I On the Arts' Worst Pop Culture Moments of 2015

With another year coming to a close, it’s time to look back on 2015 and judge. Since I did not see every movie, watch every show, listen to every song, or read every book that came out during this year, my list of the five worst and five best pop culture moments will be idiosyncratic and incomplete. Enjoy!

5. The announcement of plans for Hunger Games prequels (and the ceaseless continuation/expansion of the worlds of young adult/children’s literature)

The Hunger Games were a thought-provoking, gripping yet uneven trilogy of books. In the new grand tradition of young adult book-to-movie adaptations, three books became four movies of varying quality (sorry, Gary Ross: the first one is still the worst). Now that the original source material by Suzanne Collins has been used up, the Hollywood money machine crunches on, with Lionsgate announcing in early December that they are developing Hunger Games prequel films that will prominently feature stadium-style arenas as opposed to the more landscape-esque battlegrounds in the first two Hunger Games films. Key quote from Lionsgate Entertainment Vice Chairman Michael Burns: “The one thing that kids say they missed (from the existing Hunger Games films) was there was no arenas,” he said. “If we went backwards there obviously would be arenas.”

Good thinking, Mr. Burns. Have you also considered hiring these children to write, cast, and direct said new films, since you’ve obviously decided to substitute their judgment and desires for any remaining shred of pride this franchise has (Katniss/Peeta action figures and Capitol-inspired CoverGirl makeup line notwithstanding)? As the film series rose and dipped in quality, the one constant was Jennifer Lawrence, who turned in consistently excellent, thoughtful performances as Katniss. But Lawrence has said she will not be participating in any prequels. What kind of success or prestige do you think you’re going to have without her?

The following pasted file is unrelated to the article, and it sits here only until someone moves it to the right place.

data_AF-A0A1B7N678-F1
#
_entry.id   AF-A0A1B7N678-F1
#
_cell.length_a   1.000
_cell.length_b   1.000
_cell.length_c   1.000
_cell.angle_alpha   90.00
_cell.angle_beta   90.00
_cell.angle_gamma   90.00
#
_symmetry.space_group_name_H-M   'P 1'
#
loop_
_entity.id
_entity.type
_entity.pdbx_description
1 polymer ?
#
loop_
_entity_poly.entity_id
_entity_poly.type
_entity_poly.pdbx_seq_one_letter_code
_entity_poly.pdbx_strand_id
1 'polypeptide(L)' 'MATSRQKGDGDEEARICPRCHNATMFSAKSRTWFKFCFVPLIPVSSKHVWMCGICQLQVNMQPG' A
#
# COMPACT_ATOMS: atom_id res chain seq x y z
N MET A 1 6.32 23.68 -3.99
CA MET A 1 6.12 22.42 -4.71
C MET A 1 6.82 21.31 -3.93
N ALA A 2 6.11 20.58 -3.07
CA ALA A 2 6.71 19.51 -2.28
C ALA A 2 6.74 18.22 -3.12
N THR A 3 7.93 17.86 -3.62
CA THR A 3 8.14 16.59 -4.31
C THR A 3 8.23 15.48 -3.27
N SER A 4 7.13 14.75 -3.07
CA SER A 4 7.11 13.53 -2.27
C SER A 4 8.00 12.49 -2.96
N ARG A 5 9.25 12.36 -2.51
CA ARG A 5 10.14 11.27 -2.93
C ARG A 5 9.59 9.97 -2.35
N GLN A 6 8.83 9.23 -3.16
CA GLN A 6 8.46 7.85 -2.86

This Hunger Games announcement is similar to the decision to continue the Harry Potter series. Come on, J.K. Rowling—the part people hated was the epilogue. Why did you sign off on the upcoming play Harry Potter and the Cursed Child, which promises even more sappy, hokey Potter babies stories? Furthermore, the upcoming Fantastic Beasts and Where to Find Them seems like another attempt to wring money out of this book/film franchise that still has to be doing fairly well even after the series has been over for several years. (The monochromatic casting of Fantastic Beasts is a whole other issue that demonstrates the limited imagination of the executives involved in this decision.) Pottermore was one thing, the Universal theme parks were another, and being so kind to answer questions via Twitter is nothing other than totally lovely of you. But I can’t be the only one asking you to let the series be a wonderful series of seven books and corresponding eight films. Let Harry Potter breathe (at least until they remake the movies in thirty years).

4. “Marvin Gaye ft. Meghan Trainor” by Charlie Puth

Perhaps including this harmless, extremely catchy song on my list of the worst pop culture moments of 2015 is a little harsh. After all, hearing one bar of it gets the song stuck in my head for several hours.

Yet when you call a song “Marvin Gaye,” there is an expectation that the song will be, if not sexy and sophisticated, then certainly not an over-polished piece of shiny piano pop. Including Meghan Trainor (who, admittedly, sounds good on this song) further sanitizes a self-consciously faux-naughty song that appropriates the idea of Marvin Gaye, whose music is actually sexy, in order to sell a work that is merely performing rather than embodying the idea of sexual attraction. It honestly sounds like a song you would put in the background while you’re shopping at Limited Too (with the reference to Kama Sutra edited out, natch) and sounds a bit like the Kidz Bop version of itself.